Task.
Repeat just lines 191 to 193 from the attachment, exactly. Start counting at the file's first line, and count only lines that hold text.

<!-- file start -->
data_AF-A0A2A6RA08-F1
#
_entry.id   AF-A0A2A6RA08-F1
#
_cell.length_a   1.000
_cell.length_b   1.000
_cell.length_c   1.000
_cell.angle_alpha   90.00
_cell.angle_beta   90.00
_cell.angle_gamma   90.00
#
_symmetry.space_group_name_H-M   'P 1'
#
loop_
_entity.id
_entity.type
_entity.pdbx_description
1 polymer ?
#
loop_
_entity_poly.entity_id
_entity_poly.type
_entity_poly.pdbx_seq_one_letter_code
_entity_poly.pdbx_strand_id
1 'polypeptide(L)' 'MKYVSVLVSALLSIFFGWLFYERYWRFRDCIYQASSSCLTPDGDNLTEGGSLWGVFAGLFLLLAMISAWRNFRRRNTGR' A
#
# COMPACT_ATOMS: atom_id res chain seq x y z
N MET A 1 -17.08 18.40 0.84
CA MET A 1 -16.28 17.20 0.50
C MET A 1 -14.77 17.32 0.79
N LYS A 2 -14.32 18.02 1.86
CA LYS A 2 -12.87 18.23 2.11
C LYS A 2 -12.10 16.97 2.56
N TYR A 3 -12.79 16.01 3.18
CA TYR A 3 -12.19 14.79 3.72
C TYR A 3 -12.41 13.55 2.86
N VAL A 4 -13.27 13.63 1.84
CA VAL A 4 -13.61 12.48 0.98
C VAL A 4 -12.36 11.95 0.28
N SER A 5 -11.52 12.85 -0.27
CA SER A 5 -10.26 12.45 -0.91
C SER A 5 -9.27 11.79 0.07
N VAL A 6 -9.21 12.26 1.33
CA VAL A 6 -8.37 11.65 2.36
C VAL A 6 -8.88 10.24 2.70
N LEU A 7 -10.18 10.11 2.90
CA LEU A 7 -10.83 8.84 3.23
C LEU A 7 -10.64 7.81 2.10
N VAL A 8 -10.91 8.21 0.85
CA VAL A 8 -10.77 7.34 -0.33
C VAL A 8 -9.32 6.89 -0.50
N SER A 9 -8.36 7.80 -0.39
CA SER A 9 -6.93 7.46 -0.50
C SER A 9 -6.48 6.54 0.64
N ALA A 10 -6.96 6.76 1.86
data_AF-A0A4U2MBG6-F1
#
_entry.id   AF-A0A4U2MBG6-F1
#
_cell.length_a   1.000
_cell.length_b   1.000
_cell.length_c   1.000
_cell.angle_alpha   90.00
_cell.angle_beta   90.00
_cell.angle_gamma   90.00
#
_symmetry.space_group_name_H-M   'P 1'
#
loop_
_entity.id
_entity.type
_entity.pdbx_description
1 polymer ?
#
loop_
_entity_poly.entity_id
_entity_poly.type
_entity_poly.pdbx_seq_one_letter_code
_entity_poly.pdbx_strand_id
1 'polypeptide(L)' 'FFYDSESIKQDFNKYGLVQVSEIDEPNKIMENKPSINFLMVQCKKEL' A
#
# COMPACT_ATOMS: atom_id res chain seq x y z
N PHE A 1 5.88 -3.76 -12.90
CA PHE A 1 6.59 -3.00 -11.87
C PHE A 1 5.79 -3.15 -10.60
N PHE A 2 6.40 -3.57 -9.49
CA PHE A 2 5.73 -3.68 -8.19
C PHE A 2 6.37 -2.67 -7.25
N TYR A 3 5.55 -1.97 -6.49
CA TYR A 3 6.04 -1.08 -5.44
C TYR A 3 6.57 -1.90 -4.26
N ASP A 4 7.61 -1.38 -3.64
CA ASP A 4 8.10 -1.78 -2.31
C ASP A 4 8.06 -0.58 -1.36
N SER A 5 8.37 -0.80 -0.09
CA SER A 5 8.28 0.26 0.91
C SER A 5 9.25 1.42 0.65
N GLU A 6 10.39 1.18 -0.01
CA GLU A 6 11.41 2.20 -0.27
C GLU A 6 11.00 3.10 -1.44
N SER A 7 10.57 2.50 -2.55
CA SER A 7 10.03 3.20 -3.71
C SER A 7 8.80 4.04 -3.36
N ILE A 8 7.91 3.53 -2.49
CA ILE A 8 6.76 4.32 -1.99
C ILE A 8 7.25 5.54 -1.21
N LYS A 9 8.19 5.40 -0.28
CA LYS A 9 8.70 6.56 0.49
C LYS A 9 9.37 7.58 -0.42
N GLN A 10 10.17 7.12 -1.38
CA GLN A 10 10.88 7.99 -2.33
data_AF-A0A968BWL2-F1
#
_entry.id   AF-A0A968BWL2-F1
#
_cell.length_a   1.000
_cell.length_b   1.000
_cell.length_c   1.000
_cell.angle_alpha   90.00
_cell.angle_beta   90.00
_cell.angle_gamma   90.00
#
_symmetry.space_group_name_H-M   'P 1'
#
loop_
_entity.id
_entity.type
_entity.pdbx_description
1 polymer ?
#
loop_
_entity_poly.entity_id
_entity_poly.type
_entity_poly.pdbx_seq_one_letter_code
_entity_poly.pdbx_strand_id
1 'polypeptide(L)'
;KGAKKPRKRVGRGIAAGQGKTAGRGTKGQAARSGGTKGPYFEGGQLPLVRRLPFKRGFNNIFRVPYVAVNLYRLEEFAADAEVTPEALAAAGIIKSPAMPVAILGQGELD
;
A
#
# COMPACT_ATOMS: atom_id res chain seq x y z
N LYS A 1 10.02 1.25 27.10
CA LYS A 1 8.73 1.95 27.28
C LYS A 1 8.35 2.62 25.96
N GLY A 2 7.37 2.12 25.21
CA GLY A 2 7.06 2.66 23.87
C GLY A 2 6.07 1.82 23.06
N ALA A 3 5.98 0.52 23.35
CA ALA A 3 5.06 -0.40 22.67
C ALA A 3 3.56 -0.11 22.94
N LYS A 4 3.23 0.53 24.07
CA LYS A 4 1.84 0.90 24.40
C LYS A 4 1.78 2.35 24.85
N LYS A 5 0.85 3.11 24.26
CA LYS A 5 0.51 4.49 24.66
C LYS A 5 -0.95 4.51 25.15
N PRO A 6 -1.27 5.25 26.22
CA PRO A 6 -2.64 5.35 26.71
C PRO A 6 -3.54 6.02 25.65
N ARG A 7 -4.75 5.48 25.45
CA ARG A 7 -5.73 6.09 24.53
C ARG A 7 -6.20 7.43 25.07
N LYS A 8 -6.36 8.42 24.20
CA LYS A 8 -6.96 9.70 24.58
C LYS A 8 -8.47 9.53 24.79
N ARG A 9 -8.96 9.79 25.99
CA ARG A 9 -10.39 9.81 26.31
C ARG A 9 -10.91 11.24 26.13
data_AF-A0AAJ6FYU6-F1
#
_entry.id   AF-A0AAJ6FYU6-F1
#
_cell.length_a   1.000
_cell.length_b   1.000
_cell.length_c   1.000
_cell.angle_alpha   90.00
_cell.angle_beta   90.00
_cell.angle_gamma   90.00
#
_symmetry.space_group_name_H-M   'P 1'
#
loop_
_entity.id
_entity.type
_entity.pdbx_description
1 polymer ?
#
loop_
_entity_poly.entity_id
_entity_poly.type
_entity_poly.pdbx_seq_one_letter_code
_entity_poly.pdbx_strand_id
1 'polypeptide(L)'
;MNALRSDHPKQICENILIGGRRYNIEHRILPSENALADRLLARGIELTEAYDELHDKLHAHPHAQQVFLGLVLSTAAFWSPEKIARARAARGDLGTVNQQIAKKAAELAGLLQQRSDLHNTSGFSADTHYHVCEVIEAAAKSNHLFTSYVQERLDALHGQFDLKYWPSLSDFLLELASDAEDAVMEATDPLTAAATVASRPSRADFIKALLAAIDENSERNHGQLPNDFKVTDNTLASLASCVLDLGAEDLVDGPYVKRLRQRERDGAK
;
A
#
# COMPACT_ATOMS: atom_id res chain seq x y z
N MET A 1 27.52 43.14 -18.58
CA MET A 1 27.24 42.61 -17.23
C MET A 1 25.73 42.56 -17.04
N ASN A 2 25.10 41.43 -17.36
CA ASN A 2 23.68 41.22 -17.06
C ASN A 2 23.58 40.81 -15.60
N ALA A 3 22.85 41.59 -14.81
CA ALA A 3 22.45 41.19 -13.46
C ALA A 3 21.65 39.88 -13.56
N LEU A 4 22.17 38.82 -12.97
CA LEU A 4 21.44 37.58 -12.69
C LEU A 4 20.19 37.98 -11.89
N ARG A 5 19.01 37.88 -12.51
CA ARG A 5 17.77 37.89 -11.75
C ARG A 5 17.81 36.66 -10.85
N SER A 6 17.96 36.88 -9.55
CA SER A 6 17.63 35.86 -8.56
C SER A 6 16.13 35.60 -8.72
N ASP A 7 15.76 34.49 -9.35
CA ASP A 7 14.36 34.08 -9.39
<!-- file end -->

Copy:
_entity_poly.pdbx_seq_one_letter_code
_entity_poly.pdbx_strand_id
1 'polypeptide(L)'